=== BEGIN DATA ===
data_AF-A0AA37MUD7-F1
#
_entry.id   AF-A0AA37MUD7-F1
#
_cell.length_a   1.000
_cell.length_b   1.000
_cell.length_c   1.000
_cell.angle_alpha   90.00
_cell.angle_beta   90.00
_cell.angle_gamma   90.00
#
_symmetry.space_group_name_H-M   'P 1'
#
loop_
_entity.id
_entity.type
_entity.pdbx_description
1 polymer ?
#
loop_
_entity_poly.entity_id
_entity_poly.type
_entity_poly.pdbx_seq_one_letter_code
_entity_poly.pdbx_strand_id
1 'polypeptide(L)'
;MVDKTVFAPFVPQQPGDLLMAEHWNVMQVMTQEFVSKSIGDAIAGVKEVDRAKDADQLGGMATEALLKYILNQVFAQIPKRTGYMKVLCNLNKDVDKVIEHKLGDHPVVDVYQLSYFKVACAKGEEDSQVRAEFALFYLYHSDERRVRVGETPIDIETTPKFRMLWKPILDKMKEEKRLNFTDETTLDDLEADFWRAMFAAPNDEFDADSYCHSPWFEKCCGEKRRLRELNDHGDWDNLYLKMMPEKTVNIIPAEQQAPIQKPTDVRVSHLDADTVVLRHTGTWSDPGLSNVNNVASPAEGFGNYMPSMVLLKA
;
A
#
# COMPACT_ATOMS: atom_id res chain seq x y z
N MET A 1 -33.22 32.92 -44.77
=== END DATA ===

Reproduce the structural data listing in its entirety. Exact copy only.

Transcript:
data_AF-A0AA37MUD7-F1
#
_entry.id   AF-A0AA37MUD7-F1
#
_cell.length_a   1.000
_cell.length_b   1.000
_cell.length_c   1.000
_cell.angle_alpha   90.00
_cell.angle_beta   90.00
_cell.angle_gamma   90.00
#
_symmetry.space_group_name_H-M   'P 1'
#
loop_
_entity.id
_entity.type
_entity.pdbx_description
1 polymer ?
#
loop_
_entity_poly.entity_id
_entity_poly.type
_entity_poly.pdbx_seq_one_letter_code
_entity_poly.pdbx_strand_id
1 'polypeptide(L)'
;MVDKTVFAPFVPQQPGDLLMAEHWNVMQVMTQEFVSKSIGDAIAGVKEVDRAKDADQLGGMATEALLKYILNQVFAQIPKRTGYMKVLCNLNKDVDKVIEHKLGDHPVVDVYQLSYFKVACAKGEEDSQVRAEFALFYLYHSDERRVRVGETPIDIETTPKFRMLWKPILDKMKEEKRLNFTDETTLDDLEADFWRAMFAAPNDEFDADSYCHSPWFEKCCGEKRRLRELNDHGDWDNLYLKMMPEKTVNIIPAEQQAPIQKPTDVRVSHLDADTVVLRHTGTWSDPGLSNVNNVASPAEGFGNYMPSMVLLKA
;
A
#
# COMPACT_ATOMS: atom_id res chain seq x y z
N MET A 1 -33.22 32.92 -44.77